China launches international hunt for Xinjiang train station attacker

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May 20, 2014

BEIJING: China on Monday said it had launched an international manhunt for the alleged mastermind behind an attack at a train station last month blamed on extremists from the Muslim Turkic Uighur ethnic group.

The official China Daily newspaper said a request had been submitted to Interpol for the arrest of Ismail Yusup and an unspecified number of associates.

May 20, 2014

BEIJING: China on Monday said it had launched an international manhunt for the alleged mastermind behind an attack at a train station last month blamed on extremists from the Muslim Turkic Uighur ethnic group.

The official China Daily newspaper said a request had been submitted to Interpol for the arrest of Ismail Yusup and an unspecified number of associates.

The report said that Yusup was a member of the East Turkistan Islamic Movement and organized the April 30 attack in the capital of the northwestern Xinjiang region that killed three people and injured 79 others.

Beijing says an organized militancy with elements based overseas is behind a rising number of terrorist attacks in the country. However, little evidence has been provided to back up the claim and many analysts doubt such an organization exists in a form that would allow it to organize attacks.

China had previously said the attack, in which explosives and knives were used, was carried out by two religious extremists who were killed in the blast.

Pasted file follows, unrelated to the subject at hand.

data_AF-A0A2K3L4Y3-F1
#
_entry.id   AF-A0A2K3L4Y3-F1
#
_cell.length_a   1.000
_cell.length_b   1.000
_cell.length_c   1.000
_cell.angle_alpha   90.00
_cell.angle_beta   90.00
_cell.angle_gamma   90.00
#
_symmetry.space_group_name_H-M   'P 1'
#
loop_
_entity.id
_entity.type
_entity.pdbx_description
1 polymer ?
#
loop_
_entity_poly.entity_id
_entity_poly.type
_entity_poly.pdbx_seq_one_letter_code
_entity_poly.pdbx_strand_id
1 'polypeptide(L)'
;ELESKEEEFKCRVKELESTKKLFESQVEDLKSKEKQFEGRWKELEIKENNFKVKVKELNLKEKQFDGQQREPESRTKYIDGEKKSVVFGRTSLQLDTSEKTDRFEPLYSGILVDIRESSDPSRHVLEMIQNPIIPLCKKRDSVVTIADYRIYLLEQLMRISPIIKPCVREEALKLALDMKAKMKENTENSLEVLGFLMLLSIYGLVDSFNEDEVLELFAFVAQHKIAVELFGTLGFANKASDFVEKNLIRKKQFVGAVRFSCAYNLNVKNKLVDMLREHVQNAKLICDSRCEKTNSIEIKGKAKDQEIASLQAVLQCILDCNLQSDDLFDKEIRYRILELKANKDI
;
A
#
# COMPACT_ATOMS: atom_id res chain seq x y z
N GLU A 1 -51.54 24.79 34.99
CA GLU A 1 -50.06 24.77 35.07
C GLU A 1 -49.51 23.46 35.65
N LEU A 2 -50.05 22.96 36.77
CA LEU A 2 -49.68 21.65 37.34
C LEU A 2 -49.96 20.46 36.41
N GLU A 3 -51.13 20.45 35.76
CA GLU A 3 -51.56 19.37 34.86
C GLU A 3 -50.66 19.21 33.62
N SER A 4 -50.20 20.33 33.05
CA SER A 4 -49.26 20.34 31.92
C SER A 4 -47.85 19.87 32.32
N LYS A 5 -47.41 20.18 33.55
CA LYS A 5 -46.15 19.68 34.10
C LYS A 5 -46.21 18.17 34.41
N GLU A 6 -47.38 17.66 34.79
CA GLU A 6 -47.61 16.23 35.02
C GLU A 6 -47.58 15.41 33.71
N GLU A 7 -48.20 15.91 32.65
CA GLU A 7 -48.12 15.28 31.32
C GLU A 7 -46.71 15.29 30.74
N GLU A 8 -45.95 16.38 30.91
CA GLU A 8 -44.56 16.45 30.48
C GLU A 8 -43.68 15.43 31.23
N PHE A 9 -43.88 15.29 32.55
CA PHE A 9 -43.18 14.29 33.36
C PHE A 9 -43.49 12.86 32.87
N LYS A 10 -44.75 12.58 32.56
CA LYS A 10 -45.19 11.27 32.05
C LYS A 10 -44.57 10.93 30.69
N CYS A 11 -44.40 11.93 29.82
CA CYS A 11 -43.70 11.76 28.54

East Turkistan is the name used for Xinjiang by some members of the region's native Uighur ethnic group, extremists among which have been fighting for years a low-intensity insurgency against Chinese rule.

The US initially placed the East Turkistan Islamic Movement on a terrorist watch list following the September 11, 2001, attacks, but later quietly removed it amid doubts that it existed in any organized manner.

It is still listed as a terrorist group by the United Nations, over which China has considerable sway as one of five permanent veto-holding members of the Security Council.

China Daily and other state media outlets said Yusup ordered 10 "partners" in Xinjiang to prepare for the attack in the city of Urumqi about a week before it happened. The 10 set off explosives and slashed people with knives at the station exit on the evening of April 30, Xinhua said.

Two of the members were killed in the explosion and the remaining eight were captured by police, it said.

Uighur extremists have been blamed for a rising tide of violence in Xinjiang and other parts of China, including the capital Beijing.

In another high-profile attack blamed on Xinjiang extremists, five knife-wielding men and women slashed at crowds indiscriminately at a railway station in the southwestern city of Kunming in March, killing 29 people.


Courtesy: AP